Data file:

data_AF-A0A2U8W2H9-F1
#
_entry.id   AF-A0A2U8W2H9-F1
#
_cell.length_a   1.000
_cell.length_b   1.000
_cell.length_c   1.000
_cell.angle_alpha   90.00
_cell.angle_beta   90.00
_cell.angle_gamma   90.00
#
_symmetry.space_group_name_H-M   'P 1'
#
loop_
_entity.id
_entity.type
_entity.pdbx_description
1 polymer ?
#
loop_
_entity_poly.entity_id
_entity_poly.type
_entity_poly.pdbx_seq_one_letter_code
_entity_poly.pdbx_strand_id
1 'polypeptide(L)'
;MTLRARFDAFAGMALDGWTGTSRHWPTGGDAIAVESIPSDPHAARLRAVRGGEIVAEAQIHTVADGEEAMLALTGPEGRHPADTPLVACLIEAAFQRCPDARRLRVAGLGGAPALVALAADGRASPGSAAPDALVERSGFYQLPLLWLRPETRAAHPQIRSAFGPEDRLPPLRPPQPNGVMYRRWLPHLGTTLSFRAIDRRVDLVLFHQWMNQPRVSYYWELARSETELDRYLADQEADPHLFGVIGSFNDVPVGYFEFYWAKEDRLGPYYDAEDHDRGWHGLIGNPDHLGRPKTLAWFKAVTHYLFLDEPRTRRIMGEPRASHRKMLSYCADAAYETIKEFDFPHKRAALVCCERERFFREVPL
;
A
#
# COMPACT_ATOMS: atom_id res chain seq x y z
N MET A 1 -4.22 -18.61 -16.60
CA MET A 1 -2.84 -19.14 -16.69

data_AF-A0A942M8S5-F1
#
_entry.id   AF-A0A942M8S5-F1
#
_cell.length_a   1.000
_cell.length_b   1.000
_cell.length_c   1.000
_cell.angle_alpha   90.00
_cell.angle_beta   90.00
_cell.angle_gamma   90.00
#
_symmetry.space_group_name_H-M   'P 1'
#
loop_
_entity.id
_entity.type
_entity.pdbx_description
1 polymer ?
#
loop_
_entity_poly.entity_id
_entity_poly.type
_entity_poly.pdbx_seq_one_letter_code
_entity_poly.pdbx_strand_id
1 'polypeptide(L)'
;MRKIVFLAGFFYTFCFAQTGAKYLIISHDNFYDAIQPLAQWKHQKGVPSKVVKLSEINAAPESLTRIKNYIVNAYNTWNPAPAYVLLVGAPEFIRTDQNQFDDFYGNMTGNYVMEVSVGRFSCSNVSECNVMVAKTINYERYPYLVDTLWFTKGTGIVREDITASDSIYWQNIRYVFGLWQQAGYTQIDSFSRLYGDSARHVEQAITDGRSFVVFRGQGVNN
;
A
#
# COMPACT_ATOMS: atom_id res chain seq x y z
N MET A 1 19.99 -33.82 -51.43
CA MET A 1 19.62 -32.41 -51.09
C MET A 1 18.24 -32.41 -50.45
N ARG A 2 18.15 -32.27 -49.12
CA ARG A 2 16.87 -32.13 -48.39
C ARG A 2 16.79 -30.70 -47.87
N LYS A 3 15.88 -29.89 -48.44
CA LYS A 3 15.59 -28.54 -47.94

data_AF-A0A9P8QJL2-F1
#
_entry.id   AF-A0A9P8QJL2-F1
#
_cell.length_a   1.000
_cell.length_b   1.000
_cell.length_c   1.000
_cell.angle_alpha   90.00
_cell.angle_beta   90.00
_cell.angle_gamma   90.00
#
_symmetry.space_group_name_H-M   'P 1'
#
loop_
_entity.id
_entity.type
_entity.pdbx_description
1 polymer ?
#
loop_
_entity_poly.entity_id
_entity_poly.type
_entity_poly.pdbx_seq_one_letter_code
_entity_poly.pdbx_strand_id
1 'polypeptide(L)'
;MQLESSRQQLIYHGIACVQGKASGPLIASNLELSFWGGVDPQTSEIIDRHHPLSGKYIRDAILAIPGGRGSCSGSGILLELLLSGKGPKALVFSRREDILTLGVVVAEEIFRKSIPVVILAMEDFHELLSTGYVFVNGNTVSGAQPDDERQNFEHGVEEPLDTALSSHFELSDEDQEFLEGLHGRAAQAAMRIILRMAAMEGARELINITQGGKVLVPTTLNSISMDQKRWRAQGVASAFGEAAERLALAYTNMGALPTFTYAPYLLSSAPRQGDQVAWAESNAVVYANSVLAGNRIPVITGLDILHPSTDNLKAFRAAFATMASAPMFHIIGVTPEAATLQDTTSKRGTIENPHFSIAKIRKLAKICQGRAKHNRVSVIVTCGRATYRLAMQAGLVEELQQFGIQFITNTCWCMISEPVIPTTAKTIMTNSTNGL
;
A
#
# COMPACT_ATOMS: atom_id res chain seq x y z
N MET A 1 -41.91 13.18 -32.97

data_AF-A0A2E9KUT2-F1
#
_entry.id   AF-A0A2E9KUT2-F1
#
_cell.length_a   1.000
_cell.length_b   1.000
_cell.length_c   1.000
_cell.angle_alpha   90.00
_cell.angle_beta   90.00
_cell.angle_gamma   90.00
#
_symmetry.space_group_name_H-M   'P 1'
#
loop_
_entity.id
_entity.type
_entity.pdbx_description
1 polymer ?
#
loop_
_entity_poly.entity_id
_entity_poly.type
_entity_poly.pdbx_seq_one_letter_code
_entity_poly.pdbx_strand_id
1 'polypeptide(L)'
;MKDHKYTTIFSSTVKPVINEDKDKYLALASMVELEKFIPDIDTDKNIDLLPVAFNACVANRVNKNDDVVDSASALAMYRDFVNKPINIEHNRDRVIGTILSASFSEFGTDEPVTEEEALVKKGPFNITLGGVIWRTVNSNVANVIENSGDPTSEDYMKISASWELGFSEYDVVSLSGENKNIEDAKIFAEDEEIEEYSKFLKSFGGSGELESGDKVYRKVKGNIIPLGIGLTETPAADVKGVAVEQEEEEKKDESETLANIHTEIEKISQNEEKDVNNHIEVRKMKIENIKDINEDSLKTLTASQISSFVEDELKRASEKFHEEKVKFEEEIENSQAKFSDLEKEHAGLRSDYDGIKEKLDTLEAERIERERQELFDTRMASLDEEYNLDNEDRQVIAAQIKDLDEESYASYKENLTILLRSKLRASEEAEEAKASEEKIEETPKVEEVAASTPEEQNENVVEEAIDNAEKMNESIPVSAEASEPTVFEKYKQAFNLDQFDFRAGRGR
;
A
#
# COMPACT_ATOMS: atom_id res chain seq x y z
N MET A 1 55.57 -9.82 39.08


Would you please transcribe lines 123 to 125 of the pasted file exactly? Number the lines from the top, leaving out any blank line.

_entity_poly.type
_entity_poly.pdbx_seq_one_letter_code
_entity_poly.pdbx_strand_id